Tribunal reverses ICBC decision, awards driver compensation

Tribunal reverses ICBC decision, awards driver compensation | Insurance Business Canada

Tribunal reverses ICBC decision, awards driver compensation

A driver whom the Insurance Corporation of British Columbia (ICBC) found to be equally at fault for an accident in Vancouver was awarded monetary compensation after a civil resolution tribunal found her to be entirely not liable.

Tina Huynh was awarded $5,500 for “non-pecuniary damages,” which was the maximum amount available to be given for “pain and suffering” resulting from the accident, according to a report by the Vancouver Sun. She likely avoided paying higher premiums as well.

The accident happened in North Slocan Street on the night of December 30, 2019, according to tribunal documents obtained by the Vancouver Sun. The documents also revealed that Huynh said she was driving north just past Kingsway when a car parallel-parked on the street pulled out into her path and hit the front passenger side of her vehicle.

Carlos Alberto Corea Arguello, the other driver, claimed that he was also driving north, and it was Huynh who had struck him when stopped to turn left into an alley with his signal turned on.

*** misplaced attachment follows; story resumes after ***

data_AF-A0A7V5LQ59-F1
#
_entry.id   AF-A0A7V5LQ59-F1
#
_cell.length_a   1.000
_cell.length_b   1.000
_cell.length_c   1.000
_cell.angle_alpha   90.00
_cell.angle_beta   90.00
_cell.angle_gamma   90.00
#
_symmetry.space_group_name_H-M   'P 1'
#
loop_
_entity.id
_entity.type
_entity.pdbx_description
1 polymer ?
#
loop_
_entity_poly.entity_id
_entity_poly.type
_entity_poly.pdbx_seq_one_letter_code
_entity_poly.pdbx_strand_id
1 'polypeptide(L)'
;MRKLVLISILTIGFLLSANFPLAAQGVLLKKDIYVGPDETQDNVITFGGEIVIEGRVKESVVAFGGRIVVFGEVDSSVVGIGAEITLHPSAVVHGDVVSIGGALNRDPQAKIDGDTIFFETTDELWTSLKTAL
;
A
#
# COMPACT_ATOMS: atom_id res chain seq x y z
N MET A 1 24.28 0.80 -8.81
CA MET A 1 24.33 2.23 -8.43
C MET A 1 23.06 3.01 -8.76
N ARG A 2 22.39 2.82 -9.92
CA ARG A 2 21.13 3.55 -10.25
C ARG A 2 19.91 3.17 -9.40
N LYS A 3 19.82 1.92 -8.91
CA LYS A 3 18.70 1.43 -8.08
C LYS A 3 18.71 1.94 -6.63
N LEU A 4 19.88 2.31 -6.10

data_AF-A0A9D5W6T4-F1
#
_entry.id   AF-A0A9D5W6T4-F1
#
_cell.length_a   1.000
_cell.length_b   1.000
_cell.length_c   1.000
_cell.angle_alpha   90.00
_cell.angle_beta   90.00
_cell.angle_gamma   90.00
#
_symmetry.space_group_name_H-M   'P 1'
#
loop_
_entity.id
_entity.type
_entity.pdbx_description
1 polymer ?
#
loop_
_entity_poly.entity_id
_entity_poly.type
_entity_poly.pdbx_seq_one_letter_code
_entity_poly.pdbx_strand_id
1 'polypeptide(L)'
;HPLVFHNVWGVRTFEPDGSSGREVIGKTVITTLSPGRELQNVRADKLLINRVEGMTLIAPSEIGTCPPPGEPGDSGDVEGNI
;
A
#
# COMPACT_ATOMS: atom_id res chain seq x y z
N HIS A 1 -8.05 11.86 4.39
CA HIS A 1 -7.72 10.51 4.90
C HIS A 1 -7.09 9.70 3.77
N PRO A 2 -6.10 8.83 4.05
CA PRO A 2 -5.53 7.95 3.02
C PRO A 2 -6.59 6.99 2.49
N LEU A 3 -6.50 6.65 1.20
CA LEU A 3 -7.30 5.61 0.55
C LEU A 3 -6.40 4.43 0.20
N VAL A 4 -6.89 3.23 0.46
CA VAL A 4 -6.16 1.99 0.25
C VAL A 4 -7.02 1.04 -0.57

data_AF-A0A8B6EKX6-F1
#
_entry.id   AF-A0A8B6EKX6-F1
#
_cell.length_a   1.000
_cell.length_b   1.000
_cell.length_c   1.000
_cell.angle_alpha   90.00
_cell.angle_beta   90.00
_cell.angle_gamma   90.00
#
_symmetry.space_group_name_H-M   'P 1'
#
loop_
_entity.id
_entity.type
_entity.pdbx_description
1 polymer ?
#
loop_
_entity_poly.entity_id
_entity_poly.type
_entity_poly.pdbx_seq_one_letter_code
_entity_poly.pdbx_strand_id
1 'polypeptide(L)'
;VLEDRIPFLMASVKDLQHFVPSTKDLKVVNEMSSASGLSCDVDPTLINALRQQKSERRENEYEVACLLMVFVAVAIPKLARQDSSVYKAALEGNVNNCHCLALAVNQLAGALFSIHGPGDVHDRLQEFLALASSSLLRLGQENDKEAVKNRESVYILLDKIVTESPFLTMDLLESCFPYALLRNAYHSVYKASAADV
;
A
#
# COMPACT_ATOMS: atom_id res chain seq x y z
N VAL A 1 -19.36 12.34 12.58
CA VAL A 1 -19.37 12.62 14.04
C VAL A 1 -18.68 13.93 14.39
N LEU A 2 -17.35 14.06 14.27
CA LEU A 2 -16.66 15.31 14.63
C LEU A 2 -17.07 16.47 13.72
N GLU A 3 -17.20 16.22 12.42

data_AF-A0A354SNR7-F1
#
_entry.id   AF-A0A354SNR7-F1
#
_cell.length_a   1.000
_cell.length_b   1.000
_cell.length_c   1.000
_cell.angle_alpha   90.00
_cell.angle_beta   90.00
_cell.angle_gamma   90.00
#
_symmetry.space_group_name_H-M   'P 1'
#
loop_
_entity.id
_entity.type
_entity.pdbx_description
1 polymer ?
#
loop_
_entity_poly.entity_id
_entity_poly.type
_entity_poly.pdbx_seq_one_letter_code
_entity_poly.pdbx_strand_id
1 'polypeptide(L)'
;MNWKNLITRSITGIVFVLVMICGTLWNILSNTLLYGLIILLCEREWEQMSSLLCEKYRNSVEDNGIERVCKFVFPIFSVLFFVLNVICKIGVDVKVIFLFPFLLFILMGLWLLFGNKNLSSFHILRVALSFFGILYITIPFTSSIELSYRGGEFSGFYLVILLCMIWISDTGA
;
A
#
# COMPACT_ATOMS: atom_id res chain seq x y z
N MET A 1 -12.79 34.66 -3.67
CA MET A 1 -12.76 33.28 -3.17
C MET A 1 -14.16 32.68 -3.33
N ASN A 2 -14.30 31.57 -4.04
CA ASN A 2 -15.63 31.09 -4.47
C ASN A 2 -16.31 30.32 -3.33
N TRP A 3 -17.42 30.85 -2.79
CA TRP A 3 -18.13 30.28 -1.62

There was no video or dashcam footage available and the only witness was Corea Arguello’s wife, who corroborated her husband’s story. The documents also said that a friend of Huynh came after the crash and claimed that Corea Arguello admitted to him that he pulled out without looking, resulting in the crash.

ICBC assessed equal fault because it could not determine who was at fault, the documents added.

Read more: ICBC blamed by judge for woman’s “ongoing misery”

However, the tribunal said that the accounts of the two drivers regarding the accident were “so different that they could not be reconciled,” adding that only one version could be accepted.

Based on the photos taken on the night of the crash, the tribunal concluded that it was more likely that if Huynh had been behind Corea Arguello’s vehicle, she would have passed him on the right and the damage would not have been in the passenger side of her vehicle.

“Mr. Corea Arguello’s statement that Ms. Huynh crossed into oncoming traffic, either to overtake him or to avoid a collision, lacks logic and credibility,” according to the tribunal document.

Drivers involved in accidents who disagree with ICBC’s liability assessment may request for it to be reviewed by a non-ICBC arbitrator and file claim with the province’s civil resolution tribunal.